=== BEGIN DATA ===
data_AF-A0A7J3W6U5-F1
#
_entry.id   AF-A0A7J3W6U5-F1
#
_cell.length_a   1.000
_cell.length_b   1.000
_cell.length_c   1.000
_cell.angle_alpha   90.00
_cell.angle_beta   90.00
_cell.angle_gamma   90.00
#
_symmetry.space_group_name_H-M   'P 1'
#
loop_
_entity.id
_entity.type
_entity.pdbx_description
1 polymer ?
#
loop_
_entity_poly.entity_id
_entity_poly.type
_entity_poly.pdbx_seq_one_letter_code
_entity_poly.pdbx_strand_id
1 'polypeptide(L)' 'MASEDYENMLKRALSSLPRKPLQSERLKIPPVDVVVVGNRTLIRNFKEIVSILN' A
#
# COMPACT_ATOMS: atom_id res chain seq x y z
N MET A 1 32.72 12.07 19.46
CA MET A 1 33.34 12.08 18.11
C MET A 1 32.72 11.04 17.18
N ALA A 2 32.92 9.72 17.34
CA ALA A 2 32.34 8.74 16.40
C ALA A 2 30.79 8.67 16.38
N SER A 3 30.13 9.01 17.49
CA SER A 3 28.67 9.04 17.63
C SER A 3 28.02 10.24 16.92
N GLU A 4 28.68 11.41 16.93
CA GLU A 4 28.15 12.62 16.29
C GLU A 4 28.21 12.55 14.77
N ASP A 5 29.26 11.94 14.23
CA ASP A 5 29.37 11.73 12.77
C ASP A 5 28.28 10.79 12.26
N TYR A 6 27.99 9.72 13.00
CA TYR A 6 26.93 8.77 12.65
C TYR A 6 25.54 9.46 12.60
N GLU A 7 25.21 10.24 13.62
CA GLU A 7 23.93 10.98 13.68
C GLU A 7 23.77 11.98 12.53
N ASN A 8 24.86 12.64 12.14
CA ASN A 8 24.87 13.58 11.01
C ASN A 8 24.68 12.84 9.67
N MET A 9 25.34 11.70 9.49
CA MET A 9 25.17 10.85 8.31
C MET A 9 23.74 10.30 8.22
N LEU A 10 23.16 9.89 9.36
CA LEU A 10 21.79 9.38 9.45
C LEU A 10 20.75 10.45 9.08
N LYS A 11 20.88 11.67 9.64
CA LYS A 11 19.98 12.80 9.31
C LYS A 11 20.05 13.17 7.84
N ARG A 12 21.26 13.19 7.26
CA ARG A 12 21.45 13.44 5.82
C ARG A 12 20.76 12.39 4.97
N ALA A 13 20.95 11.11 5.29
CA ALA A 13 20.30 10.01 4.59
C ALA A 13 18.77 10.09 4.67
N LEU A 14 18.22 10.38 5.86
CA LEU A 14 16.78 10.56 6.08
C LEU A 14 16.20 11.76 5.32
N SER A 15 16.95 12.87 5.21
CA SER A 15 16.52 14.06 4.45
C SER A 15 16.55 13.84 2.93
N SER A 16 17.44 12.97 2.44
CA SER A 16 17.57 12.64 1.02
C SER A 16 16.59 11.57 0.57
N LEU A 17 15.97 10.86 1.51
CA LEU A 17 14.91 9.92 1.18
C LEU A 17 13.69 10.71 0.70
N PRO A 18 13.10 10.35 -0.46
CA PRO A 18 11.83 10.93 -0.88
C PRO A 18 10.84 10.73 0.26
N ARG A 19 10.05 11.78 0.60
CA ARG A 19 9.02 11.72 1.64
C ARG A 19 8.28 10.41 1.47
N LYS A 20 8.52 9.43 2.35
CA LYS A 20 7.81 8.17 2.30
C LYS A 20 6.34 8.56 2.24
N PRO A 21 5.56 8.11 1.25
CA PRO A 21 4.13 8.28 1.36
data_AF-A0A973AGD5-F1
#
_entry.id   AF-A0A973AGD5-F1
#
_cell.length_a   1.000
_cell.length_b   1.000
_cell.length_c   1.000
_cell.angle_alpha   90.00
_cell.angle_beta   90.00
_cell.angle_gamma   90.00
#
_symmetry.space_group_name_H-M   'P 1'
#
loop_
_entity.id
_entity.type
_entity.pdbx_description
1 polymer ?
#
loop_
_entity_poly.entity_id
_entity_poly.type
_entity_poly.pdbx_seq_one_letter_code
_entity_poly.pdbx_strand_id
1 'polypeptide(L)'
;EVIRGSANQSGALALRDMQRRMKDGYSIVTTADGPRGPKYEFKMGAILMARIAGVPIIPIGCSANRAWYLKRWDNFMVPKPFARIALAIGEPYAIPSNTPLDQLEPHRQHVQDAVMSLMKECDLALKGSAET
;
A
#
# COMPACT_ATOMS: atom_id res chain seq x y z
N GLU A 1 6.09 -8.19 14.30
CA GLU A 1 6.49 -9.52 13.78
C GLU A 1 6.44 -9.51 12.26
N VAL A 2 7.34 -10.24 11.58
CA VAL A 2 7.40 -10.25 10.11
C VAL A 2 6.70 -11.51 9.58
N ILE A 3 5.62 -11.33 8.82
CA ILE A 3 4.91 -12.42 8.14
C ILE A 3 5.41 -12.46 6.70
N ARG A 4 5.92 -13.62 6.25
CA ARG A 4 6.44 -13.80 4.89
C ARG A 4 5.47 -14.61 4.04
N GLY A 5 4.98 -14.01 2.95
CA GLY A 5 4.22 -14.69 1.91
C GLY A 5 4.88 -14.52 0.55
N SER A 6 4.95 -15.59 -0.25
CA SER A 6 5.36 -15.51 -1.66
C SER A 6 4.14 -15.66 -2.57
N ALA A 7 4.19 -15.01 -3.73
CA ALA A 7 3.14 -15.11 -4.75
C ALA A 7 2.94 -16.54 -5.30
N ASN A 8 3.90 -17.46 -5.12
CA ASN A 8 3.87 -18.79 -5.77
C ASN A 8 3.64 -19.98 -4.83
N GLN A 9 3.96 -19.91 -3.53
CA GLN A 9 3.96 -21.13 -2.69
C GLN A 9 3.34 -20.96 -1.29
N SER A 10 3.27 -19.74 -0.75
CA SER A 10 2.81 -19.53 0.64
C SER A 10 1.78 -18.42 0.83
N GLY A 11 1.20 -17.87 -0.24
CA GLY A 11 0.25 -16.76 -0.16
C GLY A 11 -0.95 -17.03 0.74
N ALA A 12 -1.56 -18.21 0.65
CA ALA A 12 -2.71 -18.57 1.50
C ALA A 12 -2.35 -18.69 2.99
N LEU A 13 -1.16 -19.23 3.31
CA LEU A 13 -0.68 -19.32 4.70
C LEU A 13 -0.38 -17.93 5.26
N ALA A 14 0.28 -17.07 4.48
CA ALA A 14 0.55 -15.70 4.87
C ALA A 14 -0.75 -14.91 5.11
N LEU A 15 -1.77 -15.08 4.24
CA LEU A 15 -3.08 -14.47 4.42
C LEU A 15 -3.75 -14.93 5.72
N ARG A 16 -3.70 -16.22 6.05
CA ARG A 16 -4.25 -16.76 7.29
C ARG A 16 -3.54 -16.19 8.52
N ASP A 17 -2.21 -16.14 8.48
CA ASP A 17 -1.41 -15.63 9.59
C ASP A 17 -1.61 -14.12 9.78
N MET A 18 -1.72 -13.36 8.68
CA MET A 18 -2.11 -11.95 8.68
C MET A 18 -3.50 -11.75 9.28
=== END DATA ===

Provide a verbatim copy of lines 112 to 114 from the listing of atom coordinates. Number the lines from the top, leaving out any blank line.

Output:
_entity_poly.pdbx_seq_one_letter_code
_entity_poly.pdbx_strand_id
1 'polypeptide(L)'